2018-05-24 / Local News

Fire chief pleads for new equipment

By Amy Hubbell
Of The Enterprise staff

Cedar Area Fire & Rescue can’t continue to operate with equipment loaned from other departments.

So says fire chief Chris Comeaux who appeared before the Solon Township Board last week with a request for additional moneys to replace old, outdated equipment.

“We’re in a unique situation where we need to reverse several years of neglect,” Comeaux said to township officials. “Our backs are against the wall and to be honest, I’m a little worried.”

CAFR was established in April 2016, replacing the Solon-Centerville Fire Department that provided service to Kasson and Cleveland townships on a contractual basis.

The new department serves a 167-square-mile area which includes Solon, Centerville, Cleveland and Kasson townships — the largest coverage area in the county.

Comeaux, the department’s first fulltime chief, came on board Feb. 1 and one of this first tasks was to complete an inventory of equipment.

The CAFR apparatus includes one engine, a tank, two ambulances, a wildfire truck, a Kubota ATV and a snowmobile.

However, the average age of the equipment — 15 years — calls for replacement under the N.F.P.A. (National Fire Protection Association) standards.

And it’s showing its age.

“I haven’t had a complete equipment fleet since I got here,” Comeaux said. “Every time we get something fixed another piece of equipment breaks down.”

Last week it was the department’s “new” 2011 ambulance that was out of service.

“It’s blowing out smoke and won’t go over 40 mph,” the chief said.

While it was in the shop, rescue personnel used the department’s 1997 ambulance, which should have been retired in 2012, based on N.F.P.A. standards.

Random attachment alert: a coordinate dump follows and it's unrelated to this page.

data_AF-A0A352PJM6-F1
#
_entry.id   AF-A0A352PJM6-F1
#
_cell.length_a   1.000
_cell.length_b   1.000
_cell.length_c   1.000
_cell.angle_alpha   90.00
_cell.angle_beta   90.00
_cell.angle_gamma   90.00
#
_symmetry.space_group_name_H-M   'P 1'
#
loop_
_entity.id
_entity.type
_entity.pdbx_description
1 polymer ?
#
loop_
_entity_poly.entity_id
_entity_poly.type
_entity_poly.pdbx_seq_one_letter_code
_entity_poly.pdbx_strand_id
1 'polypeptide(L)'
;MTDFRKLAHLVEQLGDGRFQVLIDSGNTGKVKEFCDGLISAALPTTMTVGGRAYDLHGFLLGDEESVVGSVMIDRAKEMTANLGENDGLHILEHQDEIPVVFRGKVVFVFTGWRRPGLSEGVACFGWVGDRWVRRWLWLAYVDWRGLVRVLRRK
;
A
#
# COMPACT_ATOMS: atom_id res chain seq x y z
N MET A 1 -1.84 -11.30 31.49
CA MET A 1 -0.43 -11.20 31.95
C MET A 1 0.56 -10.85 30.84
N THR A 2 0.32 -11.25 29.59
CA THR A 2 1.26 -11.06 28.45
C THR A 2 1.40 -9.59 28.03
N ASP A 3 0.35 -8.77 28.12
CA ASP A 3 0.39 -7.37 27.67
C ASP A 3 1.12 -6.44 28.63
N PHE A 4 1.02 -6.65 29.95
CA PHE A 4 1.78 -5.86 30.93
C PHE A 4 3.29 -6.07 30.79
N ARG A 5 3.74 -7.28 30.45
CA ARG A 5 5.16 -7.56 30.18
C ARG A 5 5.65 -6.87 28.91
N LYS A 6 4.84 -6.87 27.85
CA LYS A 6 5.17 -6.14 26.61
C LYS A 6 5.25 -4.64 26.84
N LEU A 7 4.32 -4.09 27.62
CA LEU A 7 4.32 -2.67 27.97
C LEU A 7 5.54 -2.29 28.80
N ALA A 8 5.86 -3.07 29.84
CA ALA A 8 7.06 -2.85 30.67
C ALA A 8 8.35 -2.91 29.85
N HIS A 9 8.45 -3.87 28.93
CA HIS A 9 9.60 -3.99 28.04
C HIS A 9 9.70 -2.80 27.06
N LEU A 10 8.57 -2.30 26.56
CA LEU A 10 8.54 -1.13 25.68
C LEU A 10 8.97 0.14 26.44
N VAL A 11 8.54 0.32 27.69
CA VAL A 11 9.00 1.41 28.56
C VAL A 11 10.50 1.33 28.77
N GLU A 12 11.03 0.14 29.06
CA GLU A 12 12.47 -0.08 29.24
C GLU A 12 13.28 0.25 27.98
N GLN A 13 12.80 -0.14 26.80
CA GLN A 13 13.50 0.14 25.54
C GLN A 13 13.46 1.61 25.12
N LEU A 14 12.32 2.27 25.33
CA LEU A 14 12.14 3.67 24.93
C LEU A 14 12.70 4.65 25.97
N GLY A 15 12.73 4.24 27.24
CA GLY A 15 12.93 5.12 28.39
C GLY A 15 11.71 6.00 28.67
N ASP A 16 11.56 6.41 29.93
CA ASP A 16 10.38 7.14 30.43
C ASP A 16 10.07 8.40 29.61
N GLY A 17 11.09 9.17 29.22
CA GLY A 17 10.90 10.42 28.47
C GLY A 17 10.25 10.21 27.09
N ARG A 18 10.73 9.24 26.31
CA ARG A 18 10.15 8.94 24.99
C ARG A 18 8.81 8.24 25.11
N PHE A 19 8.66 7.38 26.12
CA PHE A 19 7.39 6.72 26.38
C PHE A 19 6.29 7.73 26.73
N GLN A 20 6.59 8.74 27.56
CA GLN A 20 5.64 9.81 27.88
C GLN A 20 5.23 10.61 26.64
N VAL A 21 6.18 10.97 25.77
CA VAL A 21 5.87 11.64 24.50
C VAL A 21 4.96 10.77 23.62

Tuesday afternoon the department’s tanker had to be taken to Traverse City for repairs.

“Fortunately, the Leland Fire Department has stepped up and loaned us a pumper for a week. But we can’t rely on our neighbors to keep bailing us out,” Comeaux said.

Yesterday morning, the Leelanau Township Fire Department loaned CAFR an engine on a short-term basis.

“I can’t say enough how grateful I am to our neighboring departments,” the chief said.

Last month, the chief presented his five-year strategic plan to the CAFR’s member townships and asked the boards to commit to paying $90,000 over the next two years to support equipment purchases — over and above the roughly $170,000 paid currently by each township.

Cleveland and Kasson townships have already approved the payments.

The Centerville Township Board has not yet acted on the request. However, board members did earmark money for this purpose in the 2018-19 budget.

Solon Township officials haven’t committed and may not be able to depending on the outcome of the Aug. 7 election.

The Township Board agreed in March to place a 1.75-mill property tax proposal on the ballot to fund fire and rescue. This will replace a 1.50-mill levy that expired in December.

“I hate to be the bearer of bad news, but if we drain our account, we may not be able to make our payments for operations,” clerk Shirley Mikowski said. “We could be slitting our own throat.”

In the past year, the township has been hit with unanticipated expenses resulting from a dam breach at Joe Vlack Memorial Park.

Solon also split the costs of renovations to the township hall to provide sleeping quarters for fire and rescue personnel who are now available on a 24/7 basis. Cost to the townships was about $70,000 apiece.

Mikowski suggested perhaps the other townships served by the department could kick in extra funds until Solon Township is in a position to do so.

“Right now, we can’t write you a check,” supervisor Jim Lautner said. “If (the millage) passes in August we’ll have a better idea. But right now, we don’t have it.”

Meanwhile, audience members who heard Comeaux’s plea immediately offered cash donations and expressed an interest in organizing a fundraising group to support the department.

“Support from the people of Solon Township has been great,” the chief said. “It’s a five-year plan. It will work. It’s just a matter of getting it going.”

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